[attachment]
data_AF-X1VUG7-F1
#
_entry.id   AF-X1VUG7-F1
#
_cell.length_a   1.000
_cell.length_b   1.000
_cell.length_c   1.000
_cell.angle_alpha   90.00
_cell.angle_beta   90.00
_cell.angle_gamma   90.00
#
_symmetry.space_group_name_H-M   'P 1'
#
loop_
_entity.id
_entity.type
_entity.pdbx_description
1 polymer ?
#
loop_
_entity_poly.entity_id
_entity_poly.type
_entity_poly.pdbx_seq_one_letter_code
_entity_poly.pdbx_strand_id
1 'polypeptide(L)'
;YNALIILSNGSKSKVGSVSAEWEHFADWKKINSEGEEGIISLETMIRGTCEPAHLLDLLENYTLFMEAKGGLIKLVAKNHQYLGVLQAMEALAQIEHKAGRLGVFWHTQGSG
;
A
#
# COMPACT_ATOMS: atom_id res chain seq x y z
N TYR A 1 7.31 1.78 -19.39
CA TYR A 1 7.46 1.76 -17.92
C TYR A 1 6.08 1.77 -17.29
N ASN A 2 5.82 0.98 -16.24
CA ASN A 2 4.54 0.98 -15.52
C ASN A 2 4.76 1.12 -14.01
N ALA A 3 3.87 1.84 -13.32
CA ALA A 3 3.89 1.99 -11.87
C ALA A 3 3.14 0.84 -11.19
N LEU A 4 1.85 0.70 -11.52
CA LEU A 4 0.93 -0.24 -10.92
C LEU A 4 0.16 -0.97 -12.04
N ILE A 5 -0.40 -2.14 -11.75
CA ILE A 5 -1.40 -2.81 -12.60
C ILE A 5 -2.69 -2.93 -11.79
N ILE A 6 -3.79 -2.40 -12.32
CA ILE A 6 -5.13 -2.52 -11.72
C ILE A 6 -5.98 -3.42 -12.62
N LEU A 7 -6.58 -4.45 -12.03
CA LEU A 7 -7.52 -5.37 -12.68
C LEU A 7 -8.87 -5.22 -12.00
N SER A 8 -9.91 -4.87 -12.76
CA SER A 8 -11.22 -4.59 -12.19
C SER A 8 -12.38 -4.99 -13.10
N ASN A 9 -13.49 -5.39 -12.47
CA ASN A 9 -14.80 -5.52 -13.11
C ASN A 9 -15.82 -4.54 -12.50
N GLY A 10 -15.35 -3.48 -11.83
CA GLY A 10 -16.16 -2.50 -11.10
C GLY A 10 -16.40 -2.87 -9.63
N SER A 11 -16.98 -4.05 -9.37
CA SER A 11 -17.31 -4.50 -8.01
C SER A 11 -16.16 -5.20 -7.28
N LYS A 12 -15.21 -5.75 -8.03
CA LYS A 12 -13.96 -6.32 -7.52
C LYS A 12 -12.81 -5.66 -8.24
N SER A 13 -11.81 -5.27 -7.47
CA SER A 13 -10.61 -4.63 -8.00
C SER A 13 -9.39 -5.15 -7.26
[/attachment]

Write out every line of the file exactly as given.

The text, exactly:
data_AF-X1VUG7-F1
#
_entry.id   AF-X1VUG7-F1
#
_cell.length_a   1.000
_cell.length_b   1.000
_cell.length_c   1.000
_cell.angle_alpha   90.00
_cell.angle_beta   90.00
_cell.angle_gamma   90.00
#
_symmetry.space_group_name_H-M   'P 1'
#
loop_
_entity.id
_entity.type
_entity.pdbx_description
1 polymer ?
#
loop_
_entity_poly.entity_id
_entity_poly.type
_entity_poly.pdbx_seq_one_letter_code
_entity_poly.pdbx_strand_id
1 'polypeptide(L)'
;YNALIILSNGSKSKVGSVSAEWEHFADWKKINSEGEEGIISLETMIRGTCEPAHLLDLLENYTLFMEAKGGLIKLVAKNHQYLGVLQAMEALAQIEHKAGRLGVFWHTQGSG
;
A
#
# COMPACT_ATOMS: atom_id res chain seq x y z
N TYR A 1 7.31 1.78 -19.39
CA TYR A 1 7.46 1.76 -17.92
C TYR A 1 6.08 1.77 -17.29
N ASN A 2 5.82 0.98 -16.24
CA ASN A 2 4.54 0.98 -15.52
C ASN A 2 4.76 1.12 -14.01
N ALA A 3 3.87 1.84 -13.32
CA ALA A 3 3.89 1.99 -11.87
C ALA A 3 3.14 0.84 -11.19
N LEU A 4 1.85 0.70 -11.52
CA LEU A 4 0.93 -0.24 -10.92
C LEU A 4 0.16 -0.97 -12.04
N ILE A 5 -0.40 -2.14 -11.75
CA ILE A 5 -1.40 -2.81 -12.60
C ILE A 5 -2.69 -2.93 -11.79
N ILE A 6 -3.79 -2.40 -12.32
CA ILE A 6 -5.13 -2.52 -11.72
C ILE A 6 -5.98 -3.42 -12.62
N LEU A 7 -6.58 -4.45 -12.03
CA LEU A 7 -7.52 -5.37 -12.68
C LEU A 7 -8.87 -5.22 -12.00
N SER A 8 -9.91 -4.87 -12.76
CA SER A 8 -11.22 -4.59 -12.19
C SER A 8 -12.38 -4.99 -13.10
N ASN A 9 -13.49 -5.39 -12.47
CA ASN A 9 -14.80 -5.52 -13.11
C ASN A 9 -15.82 -4.54 -12.50
N GLY A 10 -15.35 -3.48 -11.83
CA GLY A 10 -16.16 -2.50 -11.10
C GLY A 10 -16.40 -2.87 -9.63
N SER A 11 -16.98 -4.05 -9.37
CA SER A 11 -17.31 -4.50 -8.01
C SER A 11 -16.16 -5.20 -7.28
N LYS A 12 -15.21 -5.75 -8.03
CA LYS A 12 -13.96 -6.32 -7.52
C LYS A 12 -12.81 -5.66 -8.24
N SER A 13 -11.81 -5.27 -7.47
CA SER A 13 -10.61 -4.63 -8.00
C SER A 13 -9.39 -5.15 -7.26